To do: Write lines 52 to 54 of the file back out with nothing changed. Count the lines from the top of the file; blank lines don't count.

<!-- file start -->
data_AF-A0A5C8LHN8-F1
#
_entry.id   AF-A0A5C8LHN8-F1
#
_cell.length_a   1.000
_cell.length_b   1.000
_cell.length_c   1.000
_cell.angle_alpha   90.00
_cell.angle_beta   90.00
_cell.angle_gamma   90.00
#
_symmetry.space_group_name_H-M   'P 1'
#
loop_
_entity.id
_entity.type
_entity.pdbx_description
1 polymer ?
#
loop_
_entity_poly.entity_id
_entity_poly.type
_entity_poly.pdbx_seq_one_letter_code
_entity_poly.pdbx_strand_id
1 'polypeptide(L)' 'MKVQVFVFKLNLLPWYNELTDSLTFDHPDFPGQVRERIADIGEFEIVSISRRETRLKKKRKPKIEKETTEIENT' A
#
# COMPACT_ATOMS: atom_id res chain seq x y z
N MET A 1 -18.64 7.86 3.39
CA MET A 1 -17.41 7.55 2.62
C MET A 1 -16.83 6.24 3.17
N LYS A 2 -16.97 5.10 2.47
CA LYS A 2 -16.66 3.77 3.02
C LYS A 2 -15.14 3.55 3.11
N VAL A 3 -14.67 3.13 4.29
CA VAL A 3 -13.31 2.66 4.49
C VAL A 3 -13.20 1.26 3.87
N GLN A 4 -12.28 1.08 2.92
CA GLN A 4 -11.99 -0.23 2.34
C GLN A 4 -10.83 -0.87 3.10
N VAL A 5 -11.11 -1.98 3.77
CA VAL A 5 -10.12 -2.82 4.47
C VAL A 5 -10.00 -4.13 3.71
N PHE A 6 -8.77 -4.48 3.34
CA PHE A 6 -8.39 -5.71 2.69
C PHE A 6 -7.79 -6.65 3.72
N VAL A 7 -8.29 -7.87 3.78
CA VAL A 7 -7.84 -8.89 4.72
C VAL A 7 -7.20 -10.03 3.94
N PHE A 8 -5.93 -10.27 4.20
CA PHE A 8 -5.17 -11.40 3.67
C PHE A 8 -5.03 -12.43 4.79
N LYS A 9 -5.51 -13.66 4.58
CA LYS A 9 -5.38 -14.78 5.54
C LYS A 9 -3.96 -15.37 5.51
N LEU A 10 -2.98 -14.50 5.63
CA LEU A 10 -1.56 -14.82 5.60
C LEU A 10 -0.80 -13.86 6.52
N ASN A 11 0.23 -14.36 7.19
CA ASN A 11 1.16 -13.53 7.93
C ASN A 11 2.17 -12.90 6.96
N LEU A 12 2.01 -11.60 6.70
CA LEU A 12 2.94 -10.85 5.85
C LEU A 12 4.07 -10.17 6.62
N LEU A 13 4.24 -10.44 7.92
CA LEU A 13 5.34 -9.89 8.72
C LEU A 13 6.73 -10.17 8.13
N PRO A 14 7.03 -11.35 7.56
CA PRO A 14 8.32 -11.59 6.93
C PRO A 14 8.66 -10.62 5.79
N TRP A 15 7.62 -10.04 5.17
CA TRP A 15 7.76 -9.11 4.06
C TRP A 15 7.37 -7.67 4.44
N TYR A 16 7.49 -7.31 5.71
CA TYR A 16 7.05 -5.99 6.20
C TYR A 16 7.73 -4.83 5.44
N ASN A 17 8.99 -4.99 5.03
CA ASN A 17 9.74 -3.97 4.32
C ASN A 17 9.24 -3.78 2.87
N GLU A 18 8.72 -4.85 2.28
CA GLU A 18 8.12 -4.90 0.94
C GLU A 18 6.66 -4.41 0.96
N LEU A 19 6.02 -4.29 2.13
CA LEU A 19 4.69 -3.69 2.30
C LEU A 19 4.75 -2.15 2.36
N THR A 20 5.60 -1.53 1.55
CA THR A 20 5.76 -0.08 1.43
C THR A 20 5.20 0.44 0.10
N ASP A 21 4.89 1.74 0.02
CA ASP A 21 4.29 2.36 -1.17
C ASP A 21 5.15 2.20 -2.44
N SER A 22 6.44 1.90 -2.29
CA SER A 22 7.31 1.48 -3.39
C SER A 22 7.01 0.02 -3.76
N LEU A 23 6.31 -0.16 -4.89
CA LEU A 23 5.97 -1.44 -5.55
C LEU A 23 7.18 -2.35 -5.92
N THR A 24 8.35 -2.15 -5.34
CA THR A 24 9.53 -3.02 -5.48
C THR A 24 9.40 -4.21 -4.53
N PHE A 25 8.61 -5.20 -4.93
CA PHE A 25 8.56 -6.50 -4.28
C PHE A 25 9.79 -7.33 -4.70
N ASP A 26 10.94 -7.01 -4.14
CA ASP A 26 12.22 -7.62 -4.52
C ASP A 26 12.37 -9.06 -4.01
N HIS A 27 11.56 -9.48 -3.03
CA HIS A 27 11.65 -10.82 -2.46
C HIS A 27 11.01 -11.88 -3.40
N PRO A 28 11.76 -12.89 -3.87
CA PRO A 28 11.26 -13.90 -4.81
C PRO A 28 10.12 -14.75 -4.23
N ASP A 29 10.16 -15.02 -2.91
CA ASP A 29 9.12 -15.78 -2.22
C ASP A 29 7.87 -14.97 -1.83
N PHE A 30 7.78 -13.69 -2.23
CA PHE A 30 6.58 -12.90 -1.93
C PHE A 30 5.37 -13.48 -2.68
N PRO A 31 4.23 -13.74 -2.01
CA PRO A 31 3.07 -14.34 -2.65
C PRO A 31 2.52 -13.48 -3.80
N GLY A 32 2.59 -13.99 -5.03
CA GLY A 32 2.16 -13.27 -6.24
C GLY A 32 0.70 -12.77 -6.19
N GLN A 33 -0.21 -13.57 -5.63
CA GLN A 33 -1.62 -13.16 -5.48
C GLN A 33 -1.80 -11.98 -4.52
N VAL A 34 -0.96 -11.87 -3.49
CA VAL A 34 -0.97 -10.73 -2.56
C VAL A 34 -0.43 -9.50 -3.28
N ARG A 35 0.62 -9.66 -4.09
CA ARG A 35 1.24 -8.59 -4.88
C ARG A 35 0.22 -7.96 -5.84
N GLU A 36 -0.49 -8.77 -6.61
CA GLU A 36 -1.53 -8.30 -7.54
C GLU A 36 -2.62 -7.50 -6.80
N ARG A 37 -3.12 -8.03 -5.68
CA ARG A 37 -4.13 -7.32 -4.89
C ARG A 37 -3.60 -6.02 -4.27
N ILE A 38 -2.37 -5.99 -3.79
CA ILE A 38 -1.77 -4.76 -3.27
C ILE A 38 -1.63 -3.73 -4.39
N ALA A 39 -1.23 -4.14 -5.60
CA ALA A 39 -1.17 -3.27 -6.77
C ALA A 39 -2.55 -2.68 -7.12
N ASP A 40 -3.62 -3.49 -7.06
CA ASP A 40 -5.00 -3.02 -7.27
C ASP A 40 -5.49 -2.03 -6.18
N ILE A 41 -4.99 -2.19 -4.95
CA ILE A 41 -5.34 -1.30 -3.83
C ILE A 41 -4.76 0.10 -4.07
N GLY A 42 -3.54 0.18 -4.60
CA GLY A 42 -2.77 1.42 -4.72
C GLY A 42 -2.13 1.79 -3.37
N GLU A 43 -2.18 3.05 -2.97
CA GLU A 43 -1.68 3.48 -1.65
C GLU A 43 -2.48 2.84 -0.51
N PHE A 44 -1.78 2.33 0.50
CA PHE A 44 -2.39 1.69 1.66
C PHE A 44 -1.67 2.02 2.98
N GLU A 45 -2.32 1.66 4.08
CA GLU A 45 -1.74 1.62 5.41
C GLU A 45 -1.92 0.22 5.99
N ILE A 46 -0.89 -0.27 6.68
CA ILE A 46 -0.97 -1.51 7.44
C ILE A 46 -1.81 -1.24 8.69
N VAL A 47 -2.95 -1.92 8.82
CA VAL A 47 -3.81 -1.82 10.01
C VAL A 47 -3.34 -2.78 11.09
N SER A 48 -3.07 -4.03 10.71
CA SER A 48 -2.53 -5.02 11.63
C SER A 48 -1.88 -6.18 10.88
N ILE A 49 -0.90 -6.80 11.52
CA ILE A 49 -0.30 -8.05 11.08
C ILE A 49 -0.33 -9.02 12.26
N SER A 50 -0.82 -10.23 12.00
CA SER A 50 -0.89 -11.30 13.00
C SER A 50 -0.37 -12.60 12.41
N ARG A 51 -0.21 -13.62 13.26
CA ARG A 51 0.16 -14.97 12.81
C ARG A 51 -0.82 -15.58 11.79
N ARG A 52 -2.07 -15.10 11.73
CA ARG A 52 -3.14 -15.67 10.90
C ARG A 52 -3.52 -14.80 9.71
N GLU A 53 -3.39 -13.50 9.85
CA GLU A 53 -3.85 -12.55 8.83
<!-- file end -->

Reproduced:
N LYS A 9 -5.51 -13.66 4.58
CA LYS A 9 -5.38 -14.78 5.54
C LYS A 9 -3.96 -15.37 5.51